• An Ordinary Girl of Extraordinary Faith Article by Simonetta Carr

    FROM TABLETALK | September 2013

    As sixteen-year-old Lady Jane Grey stood on the scaffold on a gray winter morning, she looked calmly out over the crowd of spectators. Then, mustering the strength she had asked God to provide, she spoke with such a poise and conviction that even her executioners were moved. After a brief and customary admission of guilt (all those condemned to death had to admit to the justice of their punishment), Jane emphasized what mattered to her more than anything in the world. “I pray you all, good Christian people,” she said, “to bear me witness that I die a true Christian … View Resource

  • An 11th Century Reformer Article by Burk Parsons

    FROM TABLETALK | May 2011

    According to tradition, following the Norman Conquest of England in 1066, William the Conqueror, the Duke of Normandy, captured the English throne. As a result, Edgar the Atheling of England was unable to secure his rightful claim to the English crown and thus decided to return to Hungary, where he had lived previously with his exiled father. Joined by his sister, Margaret, Edward set sail from England for the continent. However, a storm forced their ship north to the rocky shores of Scotland. The king of Scotland, Malcolm III (d. 1093), extended hospitality to the English family and, in time … View Resource

  • Anselm Article by R.C. Sproul

    FROM TABLETALK | May 2011

    Anselm held the position of archbishop of Canterbury from 1093 to 1109. A Benedictine monk, philosopher, and theologian, he stands as one of the most significant thinkers in the history of the Western church. His influence is not due to the sheer volume of his writings but to his ability to expound profound subjects biblically and thoughtfully in just a few words. In general, the assumption exists that to make a significant contribution to the body of literature that shapes scholarly thought requires the production of massive tomes. Anselm’s impact completely overthrows this notion. His thought has had far-reaching consequences … View Resource

  • A Mind Captivated by God Article by Burk Parsons

    FROM TABLETALK | January 2008

    I have journeyed through the land of Narnia. Nearly ten years ago, I had the privilege to stay at Rathvinden House, located in the beautiful rolling-green countryside of County Carlow, Ireland. At that time, the Rathvinden estate was owned and operated by Douglas Gresham, the stepson of C.S. Lewis.  Late one afternoon, as I was walking on the grounds of the estate with a friend, we came across a lush, green pasture that was simply breathtaking. As we stood atop that pasture and beheld its majesty, one of our hosts turned to us and said, “We call this the … View Resource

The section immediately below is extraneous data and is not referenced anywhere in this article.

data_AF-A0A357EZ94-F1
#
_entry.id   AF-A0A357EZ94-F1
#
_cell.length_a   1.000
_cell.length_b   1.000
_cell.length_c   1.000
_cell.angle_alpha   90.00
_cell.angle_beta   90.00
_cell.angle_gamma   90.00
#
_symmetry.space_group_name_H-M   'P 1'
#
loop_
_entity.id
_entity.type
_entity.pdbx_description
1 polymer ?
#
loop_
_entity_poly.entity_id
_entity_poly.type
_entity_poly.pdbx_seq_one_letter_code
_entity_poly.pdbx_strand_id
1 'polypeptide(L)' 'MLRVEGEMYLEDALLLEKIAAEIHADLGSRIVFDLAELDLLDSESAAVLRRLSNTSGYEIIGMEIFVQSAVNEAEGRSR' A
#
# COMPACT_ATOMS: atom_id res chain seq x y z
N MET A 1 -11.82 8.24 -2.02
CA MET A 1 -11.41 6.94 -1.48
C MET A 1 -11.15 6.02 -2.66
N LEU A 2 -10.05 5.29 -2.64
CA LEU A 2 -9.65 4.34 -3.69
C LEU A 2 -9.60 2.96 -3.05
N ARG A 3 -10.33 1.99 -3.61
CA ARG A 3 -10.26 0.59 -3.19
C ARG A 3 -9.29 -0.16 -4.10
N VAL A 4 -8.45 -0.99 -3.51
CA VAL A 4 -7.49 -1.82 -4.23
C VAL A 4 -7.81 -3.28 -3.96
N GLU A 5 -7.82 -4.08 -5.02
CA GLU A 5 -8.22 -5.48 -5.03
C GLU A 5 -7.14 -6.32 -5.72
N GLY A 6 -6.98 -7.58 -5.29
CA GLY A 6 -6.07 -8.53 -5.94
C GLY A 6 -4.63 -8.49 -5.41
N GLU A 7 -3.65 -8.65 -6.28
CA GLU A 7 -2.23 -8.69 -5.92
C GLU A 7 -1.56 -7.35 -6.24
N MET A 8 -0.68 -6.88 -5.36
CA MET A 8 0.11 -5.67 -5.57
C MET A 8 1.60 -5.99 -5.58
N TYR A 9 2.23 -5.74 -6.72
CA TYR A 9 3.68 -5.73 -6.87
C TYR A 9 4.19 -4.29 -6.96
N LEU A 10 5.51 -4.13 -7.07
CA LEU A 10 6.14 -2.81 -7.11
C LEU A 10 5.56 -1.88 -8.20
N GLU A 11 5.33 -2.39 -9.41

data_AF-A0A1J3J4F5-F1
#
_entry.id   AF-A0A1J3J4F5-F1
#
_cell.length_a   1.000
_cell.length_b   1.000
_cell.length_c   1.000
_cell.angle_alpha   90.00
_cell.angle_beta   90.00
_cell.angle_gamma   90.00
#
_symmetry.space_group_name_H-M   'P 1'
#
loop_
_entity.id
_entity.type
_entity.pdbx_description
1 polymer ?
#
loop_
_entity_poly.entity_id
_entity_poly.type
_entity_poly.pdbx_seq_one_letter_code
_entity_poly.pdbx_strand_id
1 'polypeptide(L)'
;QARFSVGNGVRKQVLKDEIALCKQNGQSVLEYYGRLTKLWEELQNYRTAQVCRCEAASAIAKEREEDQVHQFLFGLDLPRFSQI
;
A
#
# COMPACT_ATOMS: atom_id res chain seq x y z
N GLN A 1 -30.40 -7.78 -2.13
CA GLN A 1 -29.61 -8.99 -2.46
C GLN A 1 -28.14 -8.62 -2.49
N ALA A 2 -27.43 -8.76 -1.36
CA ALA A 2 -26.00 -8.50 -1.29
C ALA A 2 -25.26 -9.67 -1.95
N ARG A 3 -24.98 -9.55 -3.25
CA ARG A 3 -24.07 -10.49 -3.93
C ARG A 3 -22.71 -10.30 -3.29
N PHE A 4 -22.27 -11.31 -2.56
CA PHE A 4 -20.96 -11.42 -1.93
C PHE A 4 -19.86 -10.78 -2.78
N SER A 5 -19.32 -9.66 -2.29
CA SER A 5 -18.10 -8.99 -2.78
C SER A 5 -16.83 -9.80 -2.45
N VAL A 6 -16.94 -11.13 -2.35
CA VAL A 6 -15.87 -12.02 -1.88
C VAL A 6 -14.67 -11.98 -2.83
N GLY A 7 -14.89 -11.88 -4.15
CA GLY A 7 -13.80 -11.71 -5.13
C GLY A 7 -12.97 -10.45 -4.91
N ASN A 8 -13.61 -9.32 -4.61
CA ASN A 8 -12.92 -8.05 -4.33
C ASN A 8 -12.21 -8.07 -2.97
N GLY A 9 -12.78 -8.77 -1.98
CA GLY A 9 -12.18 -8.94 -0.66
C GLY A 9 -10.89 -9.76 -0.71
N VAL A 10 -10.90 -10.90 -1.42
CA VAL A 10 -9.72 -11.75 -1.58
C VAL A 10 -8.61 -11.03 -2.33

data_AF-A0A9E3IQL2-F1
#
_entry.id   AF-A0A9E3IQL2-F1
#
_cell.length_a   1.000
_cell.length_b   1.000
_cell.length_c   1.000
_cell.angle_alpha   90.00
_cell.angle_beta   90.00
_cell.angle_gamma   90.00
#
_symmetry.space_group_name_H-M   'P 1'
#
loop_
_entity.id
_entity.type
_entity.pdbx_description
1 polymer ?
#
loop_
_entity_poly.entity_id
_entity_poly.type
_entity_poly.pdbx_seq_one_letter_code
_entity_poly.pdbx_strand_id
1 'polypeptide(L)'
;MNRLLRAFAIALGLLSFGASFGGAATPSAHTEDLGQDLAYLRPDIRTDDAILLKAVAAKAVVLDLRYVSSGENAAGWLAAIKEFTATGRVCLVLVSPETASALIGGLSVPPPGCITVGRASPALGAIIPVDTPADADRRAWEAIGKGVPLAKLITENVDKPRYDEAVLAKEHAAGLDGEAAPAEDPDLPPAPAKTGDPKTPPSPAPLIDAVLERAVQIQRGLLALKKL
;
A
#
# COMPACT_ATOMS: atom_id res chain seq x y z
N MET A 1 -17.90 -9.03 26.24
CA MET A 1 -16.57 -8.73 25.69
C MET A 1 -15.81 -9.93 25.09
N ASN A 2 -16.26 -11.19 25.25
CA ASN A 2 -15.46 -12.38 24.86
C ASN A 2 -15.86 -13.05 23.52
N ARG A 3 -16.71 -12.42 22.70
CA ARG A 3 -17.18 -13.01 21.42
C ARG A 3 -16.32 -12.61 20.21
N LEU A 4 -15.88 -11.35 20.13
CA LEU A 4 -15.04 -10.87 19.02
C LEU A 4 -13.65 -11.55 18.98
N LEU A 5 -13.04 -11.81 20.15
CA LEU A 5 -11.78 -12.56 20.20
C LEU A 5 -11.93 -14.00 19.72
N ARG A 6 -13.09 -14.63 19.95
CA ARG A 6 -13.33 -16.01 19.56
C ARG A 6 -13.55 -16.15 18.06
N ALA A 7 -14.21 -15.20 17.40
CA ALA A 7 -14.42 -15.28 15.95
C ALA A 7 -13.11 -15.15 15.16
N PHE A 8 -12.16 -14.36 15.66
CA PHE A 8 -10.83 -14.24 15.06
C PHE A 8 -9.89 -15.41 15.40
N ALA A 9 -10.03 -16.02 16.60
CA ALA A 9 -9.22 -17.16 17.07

• Good Old Calvinism Article by Burk Parsons

    FROM TABLETALK | July 2009

    John Calvin was a churchman for all ages. He was a reformer par excellence. He was a godly pastor who equipped his people for ministry. He was a humble revolutionary. He was a loyal husband, father, and friend. But above all Calvin was a man whose mind was humbled and whose heart was mastered by the Lord God Almighty. His life’s prayer—“I offer my heart to you, O Lord, promptly and sincerely”—was an unwavering declaration of surrender to the Lord, whom he sought to love with all of his heart, soul, mind, and strength. While many Christians … View Resource

  • The Theologian Article by R.C. Sproul

    FROM TABLETALK | July 2009

    Thinkers in the ancient world sought to plumb the depths of ultimate reality. With that quest for ultimate reality came the birth of the discipline of philosophy. Some philosophers focused on one particular aspect of philosophy called metaphysics (ultimate being). Others focused their attention on epistemology (the science of knowing). Still others stressed in their investigation the basic principles and elements of ethics (the study of the good and the right). And others focused on the ultimate foundations for aesthetics (the study of the beautiful). One philosopher stood out as being deeply involved in the study of all of these matters … View Resource

  • A Sower Went Out To Sow Article by Burk Parsons

    FROM TABLETALK | June 2009

    Church historian Mark Noll writes, “In many ways, the defining figure in the history of American evangelicalism is the eighteenth-century revivalist George Whitefield.” Prior to America’s declaration of independence from England, the Calvinist preacher from England turned the colonies upside down and led America to its knees in the First Great Awakening. Whitefield’s passionate preaching drew crowds in the tens of thousands as townspeople went to the fields. Trusting the Lord to provide the increase of repentance and faith, Whitefield planted and watered with the seed of the outward call of the gospel, neither tickling the ears nor reconciling … View Resource

  • Anskar Article by Bishop Rimbert

    FROM TABLETALK | April 2009